*Mikhail Khovanov is a Russian-American professor of mathematics at Columbia University. He graduated from Moscow State School 57 mathematical class in 1988. He earned a PhD in mathematics from Yale University in 1997, where he studied under Igor Frenkel. His interests include knot theory and algebraic topology. He is known for the Khovanov homology for links, introduced in his paper “A categorification of the Jones polynomial”, which he published while at UC Davis. This was one of the first examples of categorification and is quoted in knot theory (WikipediA)*

**Series of lectures :**

“Introduction to categorification”

**October 4 – November 2, 2018 / Paul Wiegmann** / University of Chicago, Department of Physics / [ Website ]

Professor / Theoretical Physics, Condensed Matter Physics

*Paul B. Wiegmann is a Russian physicist. He is the Robert W. Reneker Distinguished Service Professor in the Department of Physics at the University of Chicago, James Franck Institute and Enrico Fermi Institute. He specializes in theoretical condensed matter physics. He made pioneering contributions to the field of quantum integrable systems. He found exact solutions of O(3) Non-linear Sigma Model, (Wiegmann 1985), Wess–Zumino–Witten model (together with Alexander Polyakov), Anderson impurity model and Kondo model. (WikipediA)
*

**Series of lectures :**

“Geometric aspects of quantum Hall effect and quantum hydrodynamics”

**September 23 – 26, 2018 / Serguei Barannikov** / Paris Diderot University, Institut de Mathématiques / [ Website ] /

Skills and expertise: *Mirror symmetry, moduli spaces, noncommutative Hodge theory*

**Seminar :**

“Summation over generalized ribbon Feynman diagrams and all genus Gromov-Witten invariants”

**July 27 – 30, 2018 / Yuval Peres** / Microsoft research / [ Website ] /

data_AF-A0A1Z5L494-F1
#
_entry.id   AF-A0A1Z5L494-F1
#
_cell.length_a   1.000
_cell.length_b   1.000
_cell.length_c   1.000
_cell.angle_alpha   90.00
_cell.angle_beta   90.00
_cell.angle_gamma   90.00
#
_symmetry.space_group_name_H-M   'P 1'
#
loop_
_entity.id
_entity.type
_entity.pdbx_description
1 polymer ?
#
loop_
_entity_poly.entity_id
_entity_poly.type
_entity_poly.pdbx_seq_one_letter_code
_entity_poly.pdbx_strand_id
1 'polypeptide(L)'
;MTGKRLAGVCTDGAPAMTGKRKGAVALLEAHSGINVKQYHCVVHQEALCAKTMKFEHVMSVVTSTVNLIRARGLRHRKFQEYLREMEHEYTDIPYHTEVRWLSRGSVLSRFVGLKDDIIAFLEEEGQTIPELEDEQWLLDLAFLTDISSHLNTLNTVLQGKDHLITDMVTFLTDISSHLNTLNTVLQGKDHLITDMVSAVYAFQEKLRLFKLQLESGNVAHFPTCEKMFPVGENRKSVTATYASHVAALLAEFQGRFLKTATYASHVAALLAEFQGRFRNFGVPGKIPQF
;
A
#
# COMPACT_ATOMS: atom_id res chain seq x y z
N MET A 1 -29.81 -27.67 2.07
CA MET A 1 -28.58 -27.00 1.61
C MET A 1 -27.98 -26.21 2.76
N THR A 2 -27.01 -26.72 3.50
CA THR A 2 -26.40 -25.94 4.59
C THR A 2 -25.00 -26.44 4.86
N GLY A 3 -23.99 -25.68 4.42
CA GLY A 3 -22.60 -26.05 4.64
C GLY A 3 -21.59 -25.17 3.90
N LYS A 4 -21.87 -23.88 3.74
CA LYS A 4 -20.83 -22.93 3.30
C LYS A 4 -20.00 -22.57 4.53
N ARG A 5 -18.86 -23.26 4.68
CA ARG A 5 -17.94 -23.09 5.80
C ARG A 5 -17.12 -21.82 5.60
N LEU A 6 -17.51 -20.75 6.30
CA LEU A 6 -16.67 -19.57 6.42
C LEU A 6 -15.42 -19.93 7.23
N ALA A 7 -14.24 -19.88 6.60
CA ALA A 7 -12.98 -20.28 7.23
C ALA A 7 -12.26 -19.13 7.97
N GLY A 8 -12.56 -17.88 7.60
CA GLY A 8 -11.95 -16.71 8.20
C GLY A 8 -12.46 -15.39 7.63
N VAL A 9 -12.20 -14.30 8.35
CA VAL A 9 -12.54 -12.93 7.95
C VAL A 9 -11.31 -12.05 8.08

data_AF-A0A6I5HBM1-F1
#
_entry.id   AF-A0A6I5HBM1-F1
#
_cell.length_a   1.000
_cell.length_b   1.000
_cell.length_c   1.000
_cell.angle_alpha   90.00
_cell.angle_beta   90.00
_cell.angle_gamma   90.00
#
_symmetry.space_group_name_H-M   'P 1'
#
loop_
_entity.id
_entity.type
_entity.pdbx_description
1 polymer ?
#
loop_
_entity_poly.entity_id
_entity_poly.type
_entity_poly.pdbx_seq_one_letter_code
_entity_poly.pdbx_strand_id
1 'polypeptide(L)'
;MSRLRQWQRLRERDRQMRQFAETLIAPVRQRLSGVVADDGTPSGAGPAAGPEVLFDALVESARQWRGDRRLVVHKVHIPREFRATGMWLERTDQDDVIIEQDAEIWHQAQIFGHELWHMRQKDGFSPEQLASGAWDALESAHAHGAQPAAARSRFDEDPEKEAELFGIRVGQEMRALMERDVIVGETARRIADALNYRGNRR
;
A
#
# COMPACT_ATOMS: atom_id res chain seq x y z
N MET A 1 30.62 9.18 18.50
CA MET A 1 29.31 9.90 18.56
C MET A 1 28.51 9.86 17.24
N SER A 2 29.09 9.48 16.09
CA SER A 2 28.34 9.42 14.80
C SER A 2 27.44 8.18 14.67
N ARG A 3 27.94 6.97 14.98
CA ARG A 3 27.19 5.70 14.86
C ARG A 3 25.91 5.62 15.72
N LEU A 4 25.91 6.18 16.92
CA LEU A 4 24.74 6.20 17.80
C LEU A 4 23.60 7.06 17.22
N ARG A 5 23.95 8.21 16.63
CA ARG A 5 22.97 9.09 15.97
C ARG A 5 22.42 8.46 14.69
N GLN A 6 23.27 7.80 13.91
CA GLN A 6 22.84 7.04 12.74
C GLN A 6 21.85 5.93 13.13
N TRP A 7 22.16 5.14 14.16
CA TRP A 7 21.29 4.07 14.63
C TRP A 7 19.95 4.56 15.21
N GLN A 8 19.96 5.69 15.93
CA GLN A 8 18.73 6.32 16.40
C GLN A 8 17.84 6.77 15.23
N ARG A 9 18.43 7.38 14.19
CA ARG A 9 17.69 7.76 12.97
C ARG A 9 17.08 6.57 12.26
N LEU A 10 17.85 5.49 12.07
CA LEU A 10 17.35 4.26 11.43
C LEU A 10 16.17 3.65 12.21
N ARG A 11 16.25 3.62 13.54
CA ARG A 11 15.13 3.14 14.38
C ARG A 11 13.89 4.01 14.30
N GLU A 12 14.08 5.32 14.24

Principal researcher / Selected Research: Rotor-router model, Gaussian analytic functions, stable marriage of Poisson & Lebesgue, random walks

**Talks :**

“Gravitational allocation to uniform points on the sphere”,

“Rigidity and tolerance for perturbed lattices”

**May, 2018 / **

**April, 2018 / **

**March, 2018 / **

**Febuary, 2018 / **

**January 7-14, 2018 / Sergei Kuksin** / Institut de Mathématiques de Jussieu, Paris /

Directeur de la recherche / Infinite-dimensional Hamiltonian systems, KAM-theory, randomly perturbed partial differential equations and statistical hydrodynamics, turbulence in nonlinear PDEs, elliptic equations for maps valued in compact manifolds

*Sergei Kuksin is a Russian mathematician, specializing in partial differential equations.
His research deals with KAM theory in partial differential equations (i.e. infinite dimensional Hamiltonian systems); partial differential equations involved with random perturbations, turbulence and statistical hydrodynamics; and elliptic PDEs for functions between compact manifolds. In 1992 he was an invited speaker with talk KAM theory for partial differential equations at the European Congress of European Mathematicians in Paris. In 1998 he was an invited speaker at International Congress of Mathematicians in Berlin. In 2016 he received the Lyapunov Prize from the Russian Academy of Sciences. (WikipediA)*